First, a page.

For her first day’s reflection, one student lamented that because the baby kept her up late the previous night, she didn’t get up early and didn’t do the two hours of work on her home business that she had intended. She couldn’t even start, she explained, because her desk was a mess and the thought of organizing it overwhelmed her, and then the baby woke up, and then it was time to plunge into the day. And now here she was, the day half-done, opportunity missed.
And there was that voice again. Wiser than my voice. Don’t give up. Spend five minutes tonight before bed clearing off your desk. Take out one project and lay it out. Just one! (Maybe you’ll actually do something on it! Maybe one step will turn into more!) Check today off your list. Done. Don’t excuse, negotiate, I told her.
I shared a quote that helped me get through my doctoral dissertation when my daughters were small, something the sculptor Barbara Hepworth—mother of four children including triplets—once said:
“I loved the family and everything to do with them….We lived a life of work and the children were brought up in it, in the middle of the dust and the dirt and the paint and everything….I found one had to do some work every day, even at midnight, because either you’re a professional or you’re not.”
How did my own plan work out? The first day it was 5:30 before I remembered. I needed to go home. Then my 13-year-old daughter wanted to go out for coffee and do homework. I, too, had homework, essays to read, a short story to reread in preparation for the next day.
But I couldn’t escape the voice. It’s not midnight yet, the voice said. What would I tell my students? Fifteen minutes? How can you begrudge yourself 15 minutes?
So I ordered my decaf latte and my daughter ordered her Frappuccino and we found a table. I set up my laptop. I went to www.e.ggtimer.com and set it for 15 minutes. I pulled out my manuscript and I started reading and making notes. I circled an image and I brainstormed and I suddenly saw something I hadn’t seen before. I worked for 25 minutes.
I was gonna write about making stories in second grade with my spelling words. I was gonna write about how my mama, who grew up abjectly poor and who didn’t go to college herself until she was forty-seven, understood so well that she gave me Walt Whitman when I was nine–A child said What is the grass?-– and the collected William Carlos Williams when I was twelve. I was gonna write about loving Wittgenstein, that space between the name and the thing he explores, that space I think we inhabit as artists. The power of story, poetry as prayer, how teaching reminds me every day of how miraculous the language we use to live in this life–I had written 500 words.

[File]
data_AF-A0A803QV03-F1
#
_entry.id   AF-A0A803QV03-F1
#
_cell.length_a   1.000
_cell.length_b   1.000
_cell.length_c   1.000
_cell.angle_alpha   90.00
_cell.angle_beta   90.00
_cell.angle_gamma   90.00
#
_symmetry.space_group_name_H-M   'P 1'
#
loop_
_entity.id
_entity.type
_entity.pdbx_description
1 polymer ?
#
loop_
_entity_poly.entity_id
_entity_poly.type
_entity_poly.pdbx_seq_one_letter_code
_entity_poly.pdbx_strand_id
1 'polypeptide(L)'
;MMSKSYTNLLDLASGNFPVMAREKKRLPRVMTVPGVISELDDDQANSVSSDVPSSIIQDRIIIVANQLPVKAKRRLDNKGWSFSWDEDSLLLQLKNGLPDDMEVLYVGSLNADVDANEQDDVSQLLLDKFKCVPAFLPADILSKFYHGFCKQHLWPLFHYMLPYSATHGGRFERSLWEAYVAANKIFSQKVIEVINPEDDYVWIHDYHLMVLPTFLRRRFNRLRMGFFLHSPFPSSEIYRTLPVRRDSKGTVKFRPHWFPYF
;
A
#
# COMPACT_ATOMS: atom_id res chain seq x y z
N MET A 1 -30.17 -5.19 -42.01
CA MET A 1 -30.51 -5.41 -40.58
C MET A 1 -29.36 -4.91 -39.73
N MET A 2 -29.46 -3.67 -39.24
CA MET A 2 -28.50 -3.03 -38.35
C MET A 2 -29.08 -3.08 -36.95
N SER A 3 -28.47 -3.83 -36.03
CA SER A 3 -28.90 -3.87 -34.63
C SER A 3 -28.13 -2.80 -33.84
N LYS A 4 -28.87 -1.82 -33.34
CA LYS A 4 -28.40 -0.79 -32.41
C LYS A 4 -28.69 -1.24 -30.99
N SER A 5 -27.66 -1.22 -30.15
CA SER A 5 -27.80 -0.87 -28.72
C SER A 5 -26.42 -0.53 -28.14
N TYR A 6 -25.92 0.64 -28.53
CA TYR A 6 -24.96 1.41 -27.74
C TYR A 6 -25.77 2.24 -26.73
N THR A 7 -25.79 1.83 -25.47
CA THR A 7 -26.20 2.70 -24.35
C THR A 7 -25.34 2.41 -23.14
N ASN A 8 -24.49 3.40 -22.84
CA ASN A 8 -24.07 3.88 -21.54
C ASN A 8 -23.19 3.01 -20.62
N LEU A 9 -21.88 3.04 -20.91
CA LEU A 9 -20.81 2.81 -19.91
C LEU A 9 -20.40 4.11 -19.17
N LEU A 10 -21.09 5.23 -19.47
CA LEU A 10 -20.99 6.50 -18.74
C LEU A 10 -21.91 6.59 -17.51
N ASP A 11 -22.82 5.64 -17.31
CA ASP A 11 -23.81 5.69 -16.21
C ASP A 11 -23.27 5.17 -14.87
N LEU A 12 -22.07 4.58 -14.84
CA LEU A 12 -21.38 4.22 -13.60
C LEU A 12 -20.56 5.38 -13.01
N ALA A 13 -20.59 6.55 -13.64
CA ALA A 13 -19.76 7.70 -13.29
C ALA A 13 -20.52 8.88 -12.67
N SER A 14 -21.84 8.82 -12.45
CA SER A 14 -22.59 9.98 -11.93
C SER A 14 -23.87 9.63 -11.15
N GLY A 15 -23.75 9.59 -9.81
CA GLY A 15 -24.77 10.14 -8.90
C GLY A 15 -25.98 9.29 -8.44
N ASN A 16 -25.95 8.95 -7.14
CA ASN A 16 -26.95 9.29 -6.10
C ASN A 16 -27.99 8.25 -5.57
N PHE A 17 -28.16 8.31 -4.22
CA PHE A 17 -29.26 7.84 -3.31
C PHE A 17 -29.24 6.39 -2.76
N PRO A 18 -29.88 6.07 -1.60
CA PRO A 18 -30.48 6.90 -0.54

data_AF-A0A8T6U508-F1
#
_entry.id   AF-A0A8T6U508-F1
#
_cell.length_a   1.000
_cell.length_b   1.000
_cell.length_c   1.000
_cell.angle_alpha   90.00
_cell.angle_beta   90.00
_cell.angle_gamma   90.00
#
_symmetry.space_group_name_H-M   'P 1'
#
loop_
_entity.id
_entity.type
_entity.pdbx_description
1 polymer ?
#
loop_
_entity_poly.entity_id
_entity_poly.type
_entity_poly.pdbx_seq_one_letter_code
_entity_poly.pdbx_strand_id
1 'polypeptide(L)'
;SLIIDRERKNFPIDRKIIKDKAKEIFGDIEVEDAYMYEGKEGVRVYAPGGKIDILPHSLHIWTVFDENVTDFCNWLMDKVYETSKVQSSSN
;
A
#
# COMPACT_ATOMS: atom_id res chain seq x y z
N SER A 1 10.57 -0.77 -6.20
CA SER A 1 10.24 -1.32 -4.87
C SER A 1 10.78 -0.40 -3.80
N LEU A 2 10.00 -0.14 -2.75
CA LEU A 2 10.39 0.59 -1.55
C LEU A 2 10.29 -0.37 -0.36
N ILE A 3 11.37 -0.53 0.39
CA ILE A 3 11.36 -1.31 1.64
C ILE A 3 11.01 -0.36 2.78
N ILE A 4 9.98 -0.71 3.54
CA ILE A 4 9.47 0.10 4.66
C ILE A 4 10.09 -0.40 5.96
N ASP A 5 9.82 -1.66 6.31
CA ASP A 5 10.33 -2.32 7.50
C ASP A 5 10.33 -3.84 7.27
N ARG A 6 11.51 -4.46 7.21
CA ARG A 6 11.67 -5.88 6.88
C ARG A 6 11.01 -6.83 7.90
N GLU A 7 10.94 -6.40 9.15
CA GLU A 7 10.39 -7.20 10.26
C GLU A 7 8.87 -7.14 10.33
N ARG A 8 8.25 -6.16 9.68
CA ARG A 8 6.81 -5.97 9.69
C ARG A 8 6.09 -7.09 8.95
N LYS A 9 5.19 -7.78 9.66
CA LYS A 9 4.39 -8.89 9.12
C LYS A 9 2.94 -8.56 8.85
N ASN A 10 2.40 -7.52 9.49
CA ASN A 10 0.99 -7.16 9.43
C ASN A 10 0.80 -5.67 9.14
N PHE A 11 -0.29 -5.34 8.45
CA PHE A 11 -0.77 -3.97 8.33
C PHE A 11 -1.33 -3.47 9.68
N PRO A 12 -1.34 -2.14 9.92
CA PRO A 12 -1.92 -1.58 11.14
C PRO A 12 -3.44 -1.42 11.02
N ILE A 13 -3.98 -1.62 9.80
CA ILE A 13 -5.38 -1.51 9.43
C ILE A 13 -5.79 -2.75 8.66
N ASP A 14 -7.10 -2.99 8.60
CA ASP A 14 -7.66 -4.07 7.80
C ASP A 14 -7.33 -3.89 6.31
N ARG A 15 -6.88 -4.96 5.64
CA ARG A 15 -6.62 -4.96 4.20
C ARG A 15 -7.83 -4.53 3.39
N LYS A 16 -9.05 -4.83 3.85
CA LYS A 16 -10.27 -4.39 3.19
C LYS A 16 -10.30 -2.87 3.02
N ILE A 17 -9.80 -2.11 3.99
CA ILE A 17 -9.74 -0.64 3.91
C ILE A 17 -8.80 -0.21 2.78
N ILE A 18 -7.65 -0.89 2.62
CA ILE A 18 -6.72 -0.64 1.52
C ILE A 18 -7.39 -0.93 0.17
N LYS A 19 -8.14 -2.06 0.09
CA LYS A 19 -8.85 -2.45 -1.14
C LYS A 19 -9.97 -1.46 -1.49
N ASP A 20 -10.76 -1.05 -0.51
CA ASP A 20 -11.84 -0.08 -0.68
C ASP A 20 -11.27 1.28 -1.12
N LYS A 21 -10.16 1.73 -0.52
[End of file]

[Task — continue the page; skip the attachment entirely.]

Then Boston blew up.
And West, Texas.
I quit watching the news years ago, but I stalked Facebook, texting people I know and love in the Boston area. I heard snippets of the working-class drawls of people on the streets in Texas. And I cried.
One sweet-faced freshman at the small liberal arts college where I teach in Virginia, shifted from foot to foot in my office, saying he had family in Boston, asking if he could keep his phone on vibrate.
Other freshmen–wide-eyed and curious and scared–in my American Lit class the next morning, discussed Whitman’s Song of Myself–”What is removed drops horribly in a pail”–as a manhunt locked my Boston friends in their homes, keeping their children home from school, away from windows and doors.
Shelter in place.
My students asked me Why and I didn’t have an answer. I said, “He’s your age, the one they’re chasing. Can you tell me why?”
They didn’t have an answer either.
What we did have was pain, fear, the shared understanding of how vulnerable we all are. We talked about that vulnerability, and they revealed to me that they, these children who were only six years old when planes hit the Trade Towers, feel that vulnerable, that defenseless, all the time.
One, a girl, generally giggly, who reminds me of a sparrow, bit her bottom lip and, said, “We know how much there is to lose.”
Yes, they do.
They were first-graders, carrying lunchboxes and crayons and Pokemon trading cards, when our military went into Afghanistan They barely remember when we haven’t been at war in the Middle East.
They were in middle school when the economy tanked. They’ve seen their parents lose jobs; they’ve packed up their picture books and soccer gear to move out of their childhood homes as a result of job loss or foreclosure. Some of them have learned what it means to be hungry, to be without heat or healthcare, what it means to make do. And to do without.
I, like lots of other people, have lived or still live in these kinds of truths, but for these kids, this is new.